Let me take you through a couple of issues that have come up in the discussions about this particular bill. There was some concern about removing superannuation for under 25s. This is a sensible idea. The problem at the moment is that accounts for under-25s are being eaten up by insurance premiums. Poor under-25s, particularly those who have multiple accounts. They have life insurance and TPD insurance and income protection insurance, but the premiums that get charged every year eat up their low balances. So by the time they go to consolidate their balances there's hardly any superannuation. It takes longer for them to save superannuation because of the eating away by fees and charges, particularly insurance premiums.

What we've done is we've said that we will make insurance and superannuation optional—opt in—for people under 25. They don't have to have it. If they feel they need it they can have it, but on a default basis they don't get it automatically. There was some concern that there are a number of under-25s that are potentially in dangerous occupations. That was where some of the push-back came. But those individuals can always opt in if they are in a dangerous occupation. It's up to the superannuation fund to speak to their members and ask them whether they think that insurance is appropriate for them. Deciding what a dangerous occupation is is quite an interesting decision in itself. If you're a window cleaner, is that a dangerous occupation? It's not if you're only doing windows at ground level, but if you're doing windows on the 25th floor it is. If you are a construction worker, is that a dangerous occupation? Potentially it is, but it depends what type of construction work you do. Who is it up to to decide what is a dangerous occupation and what isn't? There are also some dangerous occupations that are white-collar, as well, so that does make for a level of confusion.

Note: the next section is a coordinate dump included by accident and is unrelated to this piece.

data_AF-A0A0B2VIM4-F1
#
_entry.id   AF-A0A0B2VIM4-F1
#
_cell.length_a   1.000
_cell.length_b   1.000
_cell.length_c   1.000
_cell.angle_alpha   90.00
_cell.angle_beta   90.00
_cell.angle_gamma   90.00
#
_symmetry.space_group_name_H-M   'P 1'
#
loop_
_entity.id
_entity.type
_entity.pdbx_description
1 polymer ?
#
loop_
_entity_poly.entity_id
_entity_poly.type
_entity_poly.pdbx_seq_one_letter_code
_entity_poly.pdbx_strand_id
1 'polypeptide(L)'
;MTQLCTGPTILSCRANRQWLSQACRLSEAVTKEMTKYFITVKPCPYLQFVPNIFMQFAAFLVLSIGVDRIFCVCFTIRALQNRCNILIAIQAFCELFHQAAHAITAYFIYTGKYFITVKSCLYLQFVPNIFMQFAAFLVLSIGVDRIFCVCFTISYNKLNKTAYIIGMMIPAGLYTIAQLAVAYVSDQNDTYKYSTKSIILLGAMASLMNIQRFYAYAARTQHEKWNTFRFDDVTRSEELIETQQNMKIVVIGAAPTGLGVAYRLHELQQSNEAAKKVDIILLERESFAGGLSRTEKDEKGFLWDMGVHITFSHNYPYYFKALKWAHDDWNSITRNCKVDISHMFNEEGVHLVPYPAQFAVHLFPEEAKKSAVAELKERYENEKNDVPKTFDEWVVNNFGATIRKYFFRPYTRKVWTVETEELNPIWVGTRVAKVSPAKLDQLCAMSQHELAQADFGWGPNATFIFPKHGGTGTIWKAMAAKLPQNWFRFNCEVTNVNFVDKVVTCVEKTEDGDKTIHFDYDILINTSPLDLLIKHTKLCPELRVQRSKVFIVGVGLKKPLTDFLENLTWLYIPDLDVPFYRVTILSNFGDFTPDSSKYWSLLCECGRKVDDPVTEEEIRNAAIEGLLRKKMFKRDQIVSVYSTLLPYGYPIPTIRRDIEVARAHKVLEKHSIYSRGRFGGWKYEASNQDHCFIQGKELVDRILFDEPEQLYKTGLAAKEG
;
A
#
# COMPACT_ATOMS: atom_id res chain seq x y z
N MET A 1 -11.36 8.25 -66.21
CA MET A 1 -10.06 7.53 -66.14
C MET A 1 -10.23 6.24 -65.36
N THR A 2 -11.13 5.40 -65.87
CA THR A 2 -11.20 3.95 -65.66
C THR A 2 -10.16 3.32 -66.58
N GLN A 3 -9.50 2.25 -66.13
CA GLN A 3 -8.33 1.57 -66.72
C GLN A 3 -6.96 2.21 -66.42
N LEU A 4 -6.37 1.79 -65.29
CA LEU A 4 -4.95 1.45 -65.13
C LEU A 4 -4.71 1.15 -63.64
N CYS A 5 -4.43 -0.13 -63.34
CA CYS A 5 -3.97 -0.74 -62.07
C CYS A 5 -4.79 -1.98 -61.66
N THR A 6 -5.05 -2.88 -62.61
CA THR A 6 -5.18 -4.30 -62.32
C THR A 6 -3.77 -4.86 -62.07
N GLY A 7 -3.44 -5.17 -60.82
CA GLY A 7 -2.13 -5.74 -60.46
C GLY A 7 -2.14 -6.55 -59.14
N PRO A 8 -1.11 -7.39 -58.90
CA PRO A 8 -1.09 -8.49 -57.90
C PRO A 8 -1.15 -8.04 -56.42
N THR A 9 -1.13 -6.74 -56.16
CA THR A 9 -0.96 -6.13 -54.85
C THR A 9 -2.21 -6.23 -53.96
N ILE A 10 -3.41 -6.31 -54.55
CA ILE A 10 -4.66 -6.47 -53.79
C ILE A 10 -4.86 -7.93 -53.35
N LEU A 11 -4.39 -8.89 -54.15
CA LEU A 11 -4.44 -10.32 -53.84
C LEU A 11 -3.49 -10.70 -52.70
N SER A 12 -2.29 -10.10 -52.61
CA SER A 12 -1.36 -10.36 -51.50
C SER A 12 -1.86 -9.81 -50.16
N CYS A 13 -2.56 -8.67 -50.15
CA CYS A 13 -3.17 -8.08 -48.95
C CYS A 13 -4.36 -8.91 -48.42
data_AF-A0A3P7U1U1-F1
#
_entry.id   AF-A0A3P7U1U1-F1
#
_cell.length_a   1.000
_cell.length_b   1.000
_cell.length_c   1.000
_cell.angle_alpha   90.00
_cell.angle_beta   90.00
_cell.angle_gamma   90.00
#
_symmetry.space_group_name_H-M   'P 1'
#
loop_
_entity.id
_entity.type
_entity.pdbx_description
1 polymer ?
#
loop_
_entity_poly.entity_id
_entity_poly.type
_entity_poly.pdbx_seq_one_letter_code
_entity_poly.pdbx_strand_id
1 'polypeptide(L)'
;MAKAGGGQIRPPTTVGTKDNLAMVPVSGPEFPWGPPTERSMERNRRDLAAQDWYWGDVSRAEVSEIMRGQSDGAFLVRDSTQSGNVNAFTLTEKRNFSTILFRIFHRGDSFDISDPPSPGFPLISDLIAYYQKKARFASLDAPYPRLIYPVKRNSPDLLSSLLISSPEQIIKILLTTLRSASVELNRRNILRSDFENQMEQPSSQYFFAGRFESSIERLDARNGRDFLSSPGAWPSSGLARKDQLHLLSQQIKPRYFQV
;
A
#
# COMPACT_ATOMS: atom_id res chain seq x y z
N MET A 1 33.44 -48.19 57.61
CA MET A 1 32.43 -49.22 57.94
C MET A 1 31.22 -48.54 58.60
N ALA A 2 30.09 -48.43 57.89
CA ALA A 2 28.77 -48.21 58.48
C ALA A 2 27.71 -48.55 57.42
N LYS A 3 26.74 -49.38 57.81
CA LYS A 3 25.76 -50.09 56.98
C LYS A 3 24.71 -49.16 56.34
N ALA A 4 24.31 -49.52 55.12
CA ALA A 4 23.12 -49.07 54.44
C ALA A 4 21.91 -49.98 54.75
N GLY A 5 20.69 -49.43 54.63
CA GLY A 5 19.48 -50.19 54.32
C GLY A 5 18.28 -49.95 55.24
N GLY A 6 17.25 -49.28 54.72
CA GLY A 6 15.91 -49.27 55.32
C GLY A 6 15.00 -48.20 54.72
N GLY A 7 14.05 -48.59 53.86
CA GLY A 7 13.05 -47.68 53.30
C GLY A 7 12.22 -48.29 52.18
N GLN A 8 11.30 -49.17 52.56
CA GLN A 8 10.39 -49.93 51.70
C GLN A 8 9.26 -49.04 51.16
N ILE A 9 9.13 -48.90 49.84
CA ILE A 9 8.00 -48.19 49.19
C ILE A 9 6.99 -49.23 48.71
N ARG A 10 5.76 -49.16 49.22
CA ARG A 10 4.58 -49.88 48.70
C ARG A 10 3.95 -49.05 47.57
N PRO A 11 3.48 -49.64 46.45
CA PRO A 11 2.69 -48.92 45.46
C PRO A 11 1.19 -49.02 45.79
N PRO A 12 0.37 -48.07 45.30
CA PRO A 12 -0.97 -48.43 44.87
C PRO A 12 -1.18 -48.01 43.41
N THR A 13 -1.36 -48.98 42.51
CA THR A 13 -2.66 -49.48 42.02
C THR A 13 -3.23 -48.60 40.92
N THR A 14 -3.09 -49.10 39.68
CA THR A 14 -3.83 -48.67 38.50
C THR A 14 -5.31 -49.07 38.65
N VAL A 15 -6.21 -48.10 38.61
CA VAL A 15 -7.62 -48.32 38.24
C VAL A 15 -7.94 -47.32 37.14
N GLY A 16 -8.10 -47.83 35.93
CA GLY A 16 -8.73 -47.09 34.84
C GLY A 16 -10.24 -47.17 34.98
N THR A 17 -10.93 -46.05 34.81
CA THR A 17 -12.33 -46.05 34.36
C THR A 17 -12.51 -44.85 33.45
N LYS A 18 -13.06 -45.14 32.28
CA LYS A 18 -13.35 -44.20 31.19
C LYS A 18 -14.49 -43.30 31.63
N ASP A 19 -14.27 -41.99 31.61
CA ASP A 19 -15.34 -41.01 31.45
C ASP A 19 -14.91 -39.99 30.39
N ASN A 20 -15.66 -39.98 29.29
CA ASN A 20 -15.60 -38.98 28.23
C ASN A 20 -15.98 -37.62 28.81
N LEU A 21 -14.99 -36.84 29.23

Senator Ruston interjecting

For instance a politician, I hear my colleague saying. The most important thing is that it's not up to us to define what a dangerous occupation is; it's up to the individual to work out whether they need insurance or not. At the moment, though, what is happening is that young people, because it is a group insurance policy, are subsidising the insurance of older Australians. There's nothing fair about that.

The other thing this legislation does is limit fees in superannuation. At the moment, if you change superannuation funds—if you decide to move from one fund to another—there might be exit fees on the way through. More importantly, there are exorbitant administration fees charged all over superannuation. This legislation limits the extent of fees charged on superannuation, to make sure your savings are being managed cost-effectively and most productively.